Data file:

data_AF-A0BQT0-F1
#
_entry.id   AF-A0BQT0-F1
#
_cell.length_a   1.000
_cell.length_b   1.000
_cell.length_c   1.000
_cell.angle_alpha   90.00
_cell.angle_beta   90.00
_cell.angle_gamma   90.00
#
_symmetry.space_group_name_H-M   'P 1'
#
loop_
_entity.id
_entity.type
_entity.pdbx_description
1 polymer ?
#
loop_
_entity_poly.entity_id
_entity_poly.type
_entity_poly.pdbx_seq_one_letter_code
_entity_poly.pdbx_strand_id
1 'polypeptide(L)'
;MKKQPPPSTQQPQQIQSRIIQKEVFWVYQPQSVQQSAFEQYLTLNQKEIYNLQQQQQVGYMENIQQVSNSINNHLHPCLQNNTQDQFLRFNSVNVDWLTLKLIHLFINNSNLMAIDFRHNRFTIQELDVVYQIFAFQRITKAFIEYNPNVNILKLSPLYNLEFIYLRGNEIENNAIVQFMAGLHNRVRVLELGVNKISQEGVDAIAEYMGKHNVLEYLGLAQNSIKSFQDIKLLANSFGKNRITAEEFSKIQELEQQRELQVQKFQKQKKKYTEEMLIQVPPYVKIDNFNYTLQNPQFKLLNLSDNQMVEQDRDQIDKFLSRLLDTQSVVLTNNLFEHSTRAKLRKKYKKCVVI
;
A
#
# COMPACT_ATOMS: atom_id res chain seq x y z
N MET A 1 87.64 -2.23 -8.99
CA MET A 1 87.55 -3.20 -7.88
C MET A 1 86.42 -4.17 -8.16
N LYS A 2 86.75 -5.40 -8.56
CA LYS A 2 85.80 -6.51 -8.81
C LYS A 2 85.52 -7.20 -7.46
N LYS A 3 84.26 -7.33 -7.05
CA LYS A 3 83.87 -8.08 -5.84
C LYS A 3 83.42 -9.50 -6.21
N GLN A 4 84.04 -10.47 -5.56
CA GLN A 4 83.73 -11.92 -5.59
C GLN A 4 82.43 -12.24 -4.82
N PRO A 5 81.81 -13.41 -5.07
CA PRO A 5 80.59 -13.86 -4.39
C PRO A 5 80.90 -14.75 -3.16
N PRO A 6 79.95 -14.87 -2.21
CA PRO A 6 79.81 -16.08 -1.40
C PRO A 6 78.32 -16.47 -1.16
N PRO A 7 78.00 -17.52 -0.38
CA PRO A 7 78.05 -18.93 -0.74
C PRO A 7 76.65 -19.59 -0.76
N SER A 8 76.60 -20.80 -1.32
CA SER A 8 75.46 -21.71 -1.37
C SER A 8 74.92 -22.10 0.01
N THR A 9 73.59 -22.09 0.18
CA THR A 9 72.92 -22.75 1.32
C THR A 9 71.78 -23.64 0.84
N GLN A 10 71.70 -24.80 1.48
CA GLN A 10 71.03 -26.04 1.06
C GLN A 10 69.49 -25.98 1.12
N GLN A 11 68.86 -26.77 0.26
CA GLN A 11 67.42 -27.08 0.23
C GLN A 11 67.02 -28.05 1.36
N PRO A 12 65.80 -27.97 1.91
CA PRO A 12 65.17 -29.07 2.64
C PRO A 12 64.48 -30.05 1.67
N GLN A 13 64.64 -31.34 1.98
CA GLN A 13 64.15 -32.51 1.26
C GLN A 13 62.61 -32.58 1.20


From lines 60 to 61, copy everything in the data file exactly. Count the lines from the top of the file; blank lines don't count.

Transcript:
C GLN A 10 69.49 -25.98 1.12
N GLN A 11 68.86 -26.77 0.26